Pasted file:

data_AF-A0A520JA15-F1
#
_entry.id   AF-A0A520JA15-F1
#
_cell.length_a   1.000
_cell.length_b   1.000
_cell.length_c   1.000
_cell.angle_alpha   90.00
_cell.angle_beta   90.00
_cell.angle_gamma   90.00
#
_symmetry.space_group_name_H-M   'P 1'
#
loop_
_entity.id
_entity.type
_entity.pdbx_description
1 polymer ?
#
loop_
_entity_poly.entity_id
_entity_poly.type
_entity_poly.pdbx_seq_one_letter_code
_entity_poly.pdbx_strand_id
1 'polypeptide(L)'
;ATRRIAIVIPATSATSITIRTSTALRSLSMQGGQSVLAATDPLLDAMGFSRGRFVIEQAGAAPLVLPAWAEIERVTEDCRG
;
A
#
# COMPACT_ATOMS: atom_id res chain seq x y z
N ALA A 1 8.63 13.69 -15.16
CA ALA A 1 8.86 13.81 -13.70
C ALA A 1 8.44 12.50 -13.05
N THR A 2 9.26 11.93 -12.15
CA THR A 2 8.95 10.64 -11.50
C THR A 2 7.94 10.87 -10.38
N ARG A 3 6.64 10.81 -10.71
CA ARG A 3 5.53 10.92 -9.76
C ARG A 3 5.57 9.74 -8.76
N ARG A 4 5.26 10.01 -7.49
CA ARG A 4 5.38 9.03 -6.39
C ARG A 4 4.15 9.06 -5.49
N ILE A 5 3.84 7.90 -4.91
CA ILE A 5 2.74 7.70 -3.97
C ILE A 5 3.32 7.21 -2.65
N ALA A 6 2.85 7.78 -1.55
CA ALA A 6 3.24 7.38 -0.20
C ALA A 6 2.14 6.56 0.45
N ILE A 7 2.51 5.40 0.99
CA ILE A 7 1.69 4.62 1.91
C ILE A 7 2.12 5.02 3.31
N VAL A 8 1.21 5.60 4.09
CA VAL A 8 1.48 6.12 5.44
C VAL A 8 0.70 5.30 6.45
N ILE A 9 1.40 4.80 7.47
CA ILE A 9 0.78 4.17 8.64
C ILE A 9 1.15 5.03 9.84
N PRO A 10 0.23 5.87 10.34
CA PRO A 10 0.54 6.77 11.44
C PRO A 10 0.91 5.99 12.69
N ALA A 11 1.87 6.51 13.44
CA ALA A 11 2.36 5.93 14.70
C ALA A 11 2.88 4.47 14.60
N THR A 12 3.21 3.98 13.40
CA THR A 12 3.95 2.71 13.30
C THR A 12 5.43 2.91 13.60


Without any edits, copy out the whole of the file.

data_AF-A0A520JA15-F1
#
_entry.id   AF-A0A520JA15-F1
#
_cell.length_a   1.000
_cell.length_b   1.000
_cell.length_c   1.000
_cell.angle_alpha   90.00
_cell.angle_beta   90.00
_cell.angle_gamma   90.00
#
_symmetry.space_group_name_H-M   'P 1'
#
loop_
_entity.id
_entity.type
_entity.pdbx_description
1 polymer ?
#
loop_
_entity_poly.entity_id
_entity_poly.type
_entity_poly.pdbx_seq_one_letter_code
_entity_poly.pdbx_strand_id
1 'polypeptide(L)'
;ATRRIAIVIPATSATSITIRTSTALRSLSMQGGQSVLAATDPLLDAMGFSRGRFVIEQAGAAPLVLPAWAEIERVTEDCRG
;
A
#
# COMPACT_ATOMS: atom_id res chain seq x y z
N ALA A 1 8.63 13.69 -15.16
CA ALA A 1 8.86 13.81 -13.70
C ALA A 1 8.44 12.50 -13.05
N THR A 2 9.26 11.93 -12.15
CA THR A 2 8.95 10.64 -11.50
C THR A 2 7.94 10.87 -10.38
N ARG A 3 6.64 10.81 -10.71
CA ARG A 3 5.53 10.92 -9.76
C ARG A 3 5.57 9.74 -8.76
N ARG A 4 5.26 10.01 -7.49
CA ARG A 4 5.38 9.03 -6.39
C ARG A 4 4.15 9.06 -5.49
N ILE A 5 3.84 7.90 -4.91
CA ILE A 5 2.74 7.70 -3.97
C ILE A 5 3.32 7.21 -2.65
N ALA A 6 2.85 7.78 -1.55
CA ALA A 6 3.24 7.38 -0.20
C ALA A 6 2.14 6.56 0.45
N ILE A 7 2.51 5.40 0.99
CA ILE A 7 1.69 4.62 1.91
C ILE A 7 2.12 5.02 3.31
N VAL A 8 1.21 5.60 4.09
CA VAL A 8 1.48 6.12 5.44
C VAL A 8 0.70 5.30 6.45
N ILE A 9 1.40 4.80 7.47
CA ILE A 9 0.78 4.17 8.64
C ILE A 9 1.15 5.03 9.84
N PRO A 10 0.23 5.87 10.34
CA PRO A 10 0.54 6.77 11.44
C PRO A 10 0.91 5.99 12.69
N ALA A 11 1.87 6.51 13.44
CA ALA A 11 2.36 5.93 14.70
C ALA A 11 2.88 4.47 14.60
N THR A 12 3.21 3.98 13.40
CA THR A 12 3.95 2.71 13.30
C THR A 12 5.43 2.91 13.60